Last month’s fatal slide-off on Trough Road in Grand County raises safety questions
GRAND COUNTY — The death of local man Toby Hargadine and his companion, Crysta Berntsen, roughly one month ago has raised questions over the location where the two slid off Trough Road and the road safety features in place in that area.
The two died Jan. 4 after the vehicle Hargadine was driving slid off the road and rolled numerous times down a cliff near a famous yet dangerous bend in the road known as Inspiration Point, one of Grand County’s most notoriously dangerous road segments.
Either guardrails or Jersey barriers run alongside almost the entirety of the roadway from above Inspiration Point to a location further west closer to the valley floor. There is a small section of the road, however, a little over 100 yards long, that overlooks the valley below that does not have any form of road barrier. It was in this area that Hargadine and Berntsen’s slide-off occurred.
While it is impossible to know whether or not a guardrail or Jersey barrier would have changed the outcome, the absence of any such safety device raises questions: Why was no barrier in place at that location? What entity determines when, where and how guardrails are installed on county roads?
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The installation and maintenance of guardrails and other road barriers on county roads fall under the auspices of Grand County’s Road and Bridge Department. Questions regarding why no barrier was in place where Hargadine and Berntsen slid off are made all the more difficult because of the connections of the Hargadine family. Hargadine’s father is an employee of Grand County Road and Bridge and his death had a strong impact on the entire department.
“Everybody here, we are just an extended family,” said Chris Baer, Grand County Road and Bridge superintendent. “Our coworkers are an extension of our family. It is tough when it hits close to home like this.”
But Baer, who has been with Grand County Road and Bridge for roughly 24 years, said he did not know of any specific reason as to why no guardrail was in place at the location.
“I don’t have a good answer as to why there is a gap in the guardrail there,” Baer admitted. “We are trying to find something.”
Baer said he has reviewed the location extensively with other members of road and bridge since the crash and, to the best of their knowledge, the area in question along Trough Road has never had a guardrail in place.
“We want to look at it this spring and see if there is room to put a guardrail there,” he said.
The process of recommending, approving and installing new guardrails on Grand County roads occurs in a somewhat ad hoc fashion. Determinations are made as a group that includes road and bridge employees, the county engineer, the county manager’s office and the Grand County Board of Commissioners, according to Baer.
“Most of the responsibility falls on road and bridge and will be based on recommendations that we make,” he said. “We say this is what is needed. It could be anything from new guardrail to stop signs. We can bring things to the board’s attention at any time.”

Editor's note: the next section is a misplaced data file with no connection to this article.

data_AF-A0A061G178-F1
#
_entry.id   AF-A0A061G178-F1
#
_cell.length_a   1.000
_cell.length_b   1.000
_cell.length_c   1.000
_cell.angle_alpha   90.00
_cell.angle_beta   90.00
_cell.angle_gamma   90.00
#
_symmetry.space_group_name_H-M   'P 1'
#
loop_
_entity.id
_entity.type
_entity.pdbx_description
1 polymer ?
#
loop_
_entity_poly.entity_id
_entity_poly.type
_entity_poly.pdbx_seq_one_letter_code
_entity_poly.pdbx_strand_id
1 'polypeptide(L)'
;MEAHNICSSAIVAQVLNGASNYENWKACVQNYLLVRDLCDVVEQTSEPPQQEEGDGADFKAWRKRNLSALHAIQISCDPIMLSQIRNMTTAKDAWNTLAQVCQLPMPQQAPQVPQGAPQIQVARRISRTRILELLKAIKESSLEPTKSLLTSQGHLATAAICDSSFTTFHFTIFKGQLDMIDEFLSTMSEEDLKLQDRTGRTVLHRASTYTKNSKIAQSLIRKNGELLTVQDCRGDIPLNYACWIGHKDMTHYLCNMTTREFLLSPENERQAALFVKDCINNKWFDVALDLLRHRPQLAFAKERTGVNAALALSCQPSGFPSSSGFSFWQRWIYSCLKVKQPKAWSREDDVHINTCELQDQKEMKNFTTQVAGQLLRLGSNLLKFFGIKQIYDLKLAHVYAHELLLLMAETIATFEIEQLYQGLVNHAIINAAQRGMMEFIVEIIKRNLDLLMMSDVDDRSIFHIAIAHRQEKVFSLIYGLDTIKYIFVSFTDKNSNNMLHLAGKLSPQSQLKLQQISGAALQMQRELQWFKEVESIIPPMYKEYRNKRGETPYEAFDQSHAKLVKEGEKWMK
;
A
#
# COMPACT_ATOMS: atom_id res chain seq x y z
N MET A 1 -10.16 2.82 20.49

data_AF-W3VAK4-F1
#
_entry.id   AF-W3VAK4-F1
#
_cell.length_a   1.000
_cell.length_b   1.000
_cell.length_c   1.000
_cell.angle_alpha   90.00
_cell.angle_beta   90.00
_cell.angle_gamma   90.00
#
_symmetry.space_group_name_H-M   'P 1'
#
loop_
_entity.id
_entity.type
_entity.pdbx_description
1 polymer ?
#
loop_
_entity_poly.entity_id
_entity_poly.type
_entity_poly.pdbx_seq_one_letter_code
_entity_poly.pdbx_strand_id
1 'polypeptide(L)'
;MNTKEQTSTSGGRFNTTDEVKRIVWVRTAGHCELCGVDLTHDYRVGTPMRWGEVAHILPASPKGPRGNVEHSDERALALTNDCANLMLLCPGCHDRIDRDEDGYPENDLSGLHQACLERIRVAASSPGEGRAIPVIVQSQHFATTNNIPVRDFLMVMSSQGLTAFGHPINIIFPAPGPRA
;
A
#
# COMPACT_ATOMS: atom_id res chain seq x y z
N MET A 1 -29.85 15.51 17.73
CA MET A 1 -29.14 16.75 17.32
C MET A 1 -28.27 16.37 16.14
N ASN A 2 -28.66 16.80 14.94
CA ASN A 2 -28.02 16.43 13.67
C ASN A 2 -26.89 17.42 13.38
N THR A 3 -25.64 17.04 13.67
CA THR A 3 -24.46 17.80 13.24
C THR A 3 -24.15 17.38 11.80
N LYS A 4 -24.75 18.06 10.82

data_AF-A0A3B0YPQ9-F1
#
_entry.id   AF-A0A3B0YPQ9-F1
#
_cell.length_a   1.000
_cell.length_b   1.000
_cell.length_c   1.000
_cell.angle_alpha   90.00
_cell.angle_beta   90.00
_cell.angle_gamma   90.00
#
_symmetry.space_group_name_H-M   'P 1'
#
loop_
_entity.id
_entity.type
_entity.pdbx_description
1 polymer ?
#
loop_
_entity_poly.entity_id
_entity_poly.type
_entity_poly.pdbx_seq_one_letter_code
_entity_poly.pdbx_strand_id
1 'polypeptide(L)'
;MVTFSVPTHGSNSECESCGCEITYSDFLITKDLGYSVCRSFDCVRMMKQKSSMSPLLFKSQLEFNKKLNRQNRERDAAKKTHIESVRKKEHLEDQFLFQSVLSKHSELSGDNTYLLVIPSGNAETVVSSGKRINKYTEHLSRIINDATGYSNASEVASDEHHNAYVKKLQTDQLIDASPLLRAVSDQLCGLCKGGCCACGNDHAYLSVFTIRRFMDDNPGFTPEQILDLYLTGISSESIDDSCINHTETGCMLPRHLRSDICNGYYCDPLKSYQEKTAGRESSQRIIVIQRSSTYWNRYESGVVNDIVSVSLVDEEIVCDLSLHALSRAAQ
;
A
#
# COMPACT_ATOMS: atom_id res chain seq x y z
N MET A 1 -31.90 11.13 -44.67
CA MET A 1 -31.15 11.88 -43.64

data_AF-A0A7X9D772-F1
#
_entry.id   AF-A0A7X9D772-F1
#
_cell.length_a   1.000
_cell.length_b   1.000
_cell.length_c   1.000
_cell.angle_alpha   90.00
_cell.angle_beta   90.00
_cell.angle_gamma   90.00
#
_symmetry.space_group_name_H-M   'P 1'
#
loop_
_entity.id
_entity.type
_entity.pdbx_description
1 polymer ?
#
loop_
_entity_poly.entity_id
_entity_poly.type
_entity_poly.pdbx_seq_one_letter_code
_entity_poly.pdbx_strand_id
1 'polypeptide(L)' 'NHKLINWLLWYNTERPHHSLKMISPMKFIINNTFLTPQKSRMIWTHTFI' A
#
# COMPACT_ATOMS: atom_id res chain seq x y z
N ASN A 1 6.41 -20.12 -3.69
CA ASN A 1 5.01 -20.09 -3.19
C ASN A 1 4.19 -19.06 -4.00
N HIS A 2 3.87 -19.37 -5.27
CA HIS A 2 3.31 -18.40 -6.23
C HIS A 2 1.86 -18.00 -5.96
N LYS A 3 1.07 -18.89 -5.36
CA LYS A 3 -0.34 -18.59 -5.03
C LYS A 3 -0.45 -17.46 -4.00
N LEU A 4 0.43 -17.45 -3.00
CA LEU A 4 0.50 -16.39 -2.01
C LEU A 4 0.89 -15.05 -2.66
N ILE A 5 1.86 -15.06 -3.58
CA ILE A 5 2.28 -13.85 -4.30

Road and bridge relies extensively on standards developed by the Colorado Department of Transportation and the American Association of State Highway and Transportation Officials when determining what, if any, safety measures need to be installed on county roads.
“Right now we are pretty much focused on maintaining what we have,” Baer said, explaining that road and bridge focuses more on repair and maintenance work as opposed to the installation of new barriers.
According to Baer, the last time Grand County Road and Bridge installed a new guardrail was on County Road 3, also known as Ute Pass Road, around 2012. Its cost can vary greatly depending on factors such as the material used, be it steel or wood, and the type of soil or rock the guardrails are installed upon. Baer offered a conservative estimate of roughly $10,000 to $15,000 for every 100 feet of guardrail.
Each year, road and bridge receives funding for repair and replacement projects but Baer said larger projects, such as the installation of extended segments of new guardrail, would likely occur through the county’s annual budgeting process.
Baer said the county plans to review the accident report and data sent by Colorado State Patrol before making a final determination about installing new guardrail where Hargadine’s slide off occurred.
“We are going to look at the history of the guardrail that is there and we are going to look at the guidelines that are put out by the different groups,” Baer said. “We will make a decision from there if we need to pursue this and put a guardrail in.”
Baer said local citizens can also lobby road and bridge to install new guardrail. There is no formal process in place to request the installation of new guardrail but Baer said he is always happy and willing to hear input from local citizens.
“I tell people my office door and phone is always open,” he said. “I am willing to take any suggestions or recommendations. We will look at those along with traffic data and accident reports to see if we are developing a trend somewhere. We have a large county here and I have to rely on the public.”
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